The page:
L’eau point: Many plant-based products ‘made mostly of water’, French consumer group warns


The French consumer body CLCV has claimed that that vegetarian and vegan food products sold in French supermarkets often contain more water and additives than vegetable protein. Moreover, it says, many of the products are ‘ultra-processed’, putting them in a category of food products increasingly associated with poor health outcomes.  

CLVC recently evaluated 95 popular vegetarian and vegan products. It found that water was the main ingredient in more than half of the products studied, including vegetarian galettes (cakes or pancakes), meat analogues and breaded products. 

Meat alternatives (typically promoted as vegetarian or vegan steaks) were shown to have at the highest water content (72% water), with bread products coming a close second (67%). Ingredients directly fro plant origin represented 39% of total product ingredients. Eight out of ten products tested contained at least one additive.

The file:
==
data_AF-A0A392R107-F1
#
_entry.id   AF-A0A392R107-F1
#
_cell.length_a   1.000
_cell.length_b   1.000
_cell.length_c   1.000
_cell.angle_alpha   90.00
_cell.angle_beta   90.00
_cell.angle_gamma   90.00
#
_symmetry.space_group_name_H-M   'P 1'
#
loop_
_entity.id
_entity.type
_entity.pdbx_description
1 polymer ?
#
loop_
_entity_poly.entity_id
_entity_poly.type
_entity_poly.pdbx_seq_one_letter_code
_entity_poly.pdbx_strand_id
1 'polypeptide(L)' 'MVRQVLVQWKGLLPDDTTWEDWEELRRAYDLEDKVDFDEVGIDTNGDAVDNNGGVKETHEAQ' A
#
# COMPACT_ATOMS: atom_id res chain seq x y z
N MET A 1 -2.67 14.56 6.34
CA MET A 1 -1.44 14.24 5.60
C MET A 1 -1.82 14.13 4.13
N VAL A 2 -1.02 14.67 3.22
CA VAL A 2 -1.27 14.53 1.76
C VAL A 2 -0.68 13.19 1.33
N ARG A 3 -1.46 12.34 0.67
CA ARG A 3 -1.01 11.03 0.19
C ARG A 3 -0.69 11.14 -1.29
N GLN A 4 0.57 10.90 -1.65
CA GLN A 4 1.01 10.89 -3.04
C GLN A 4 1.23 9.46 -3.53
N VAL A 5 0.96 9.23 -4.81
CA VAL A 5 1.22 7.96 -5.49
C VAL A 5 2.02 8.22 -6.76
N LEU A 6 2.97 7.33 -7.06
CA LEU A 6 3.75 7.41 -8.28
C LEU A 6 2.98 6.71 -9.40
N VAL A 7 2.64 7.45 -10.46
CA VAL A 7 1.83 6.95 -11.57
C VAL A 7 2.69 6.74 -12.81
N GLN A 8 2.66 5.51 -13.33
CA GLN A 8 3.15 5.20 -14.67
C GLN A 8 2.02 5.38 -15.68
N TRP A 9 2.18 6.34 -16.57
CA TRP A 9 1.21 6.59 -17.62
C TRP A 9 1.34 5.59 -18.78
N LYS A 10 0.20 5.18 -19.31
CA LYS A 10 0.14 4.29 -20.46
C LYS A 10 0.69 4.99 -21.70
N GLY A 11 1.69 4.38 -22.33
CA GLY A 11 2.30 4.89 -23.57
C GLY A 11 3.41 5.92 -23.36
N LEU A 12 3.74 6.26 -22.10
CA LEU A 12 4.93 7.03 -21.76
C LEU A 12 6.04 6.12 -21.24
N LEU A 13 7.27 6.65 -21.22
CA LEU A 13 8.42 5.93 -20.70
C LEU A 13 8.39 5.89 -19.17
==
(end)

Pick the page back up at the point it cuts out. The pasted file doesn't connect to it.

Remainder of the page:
Commenting on the findings, CLVC said “These are surprising results for products that have an image as healthy, but are actually ultra-processed”. The group said that vegan brands were unusually coy about their products’ nutritional credentials. Just 20% of the products studied displayed their nutritional profile, it said. 

CLVC also commented on what it called a “lack of transparency” on product and ingredients provenance. “Only 19% of products specified their real origin on their packaging”. 

But GEPV, a trade group representing French plant-based food brands, said CLVC had ‘misinterpreted’ the question of product composition. Commenting on the water content of products, the group said that the study findings “ignore a very simple fact: vegetable proteins are actually flours (peas, soybeans, beans or lupine, for example) which need to be rehydrated to form food products”. It adds that meat itself is around 70% water.

Commenting on the issue of texture, GPEV suggested that CLCV was again missing the point. It said that the additives identified in the study were used for very specific functions, such as enhancing texture – and all met safety standards required by the European Food Safety Agency.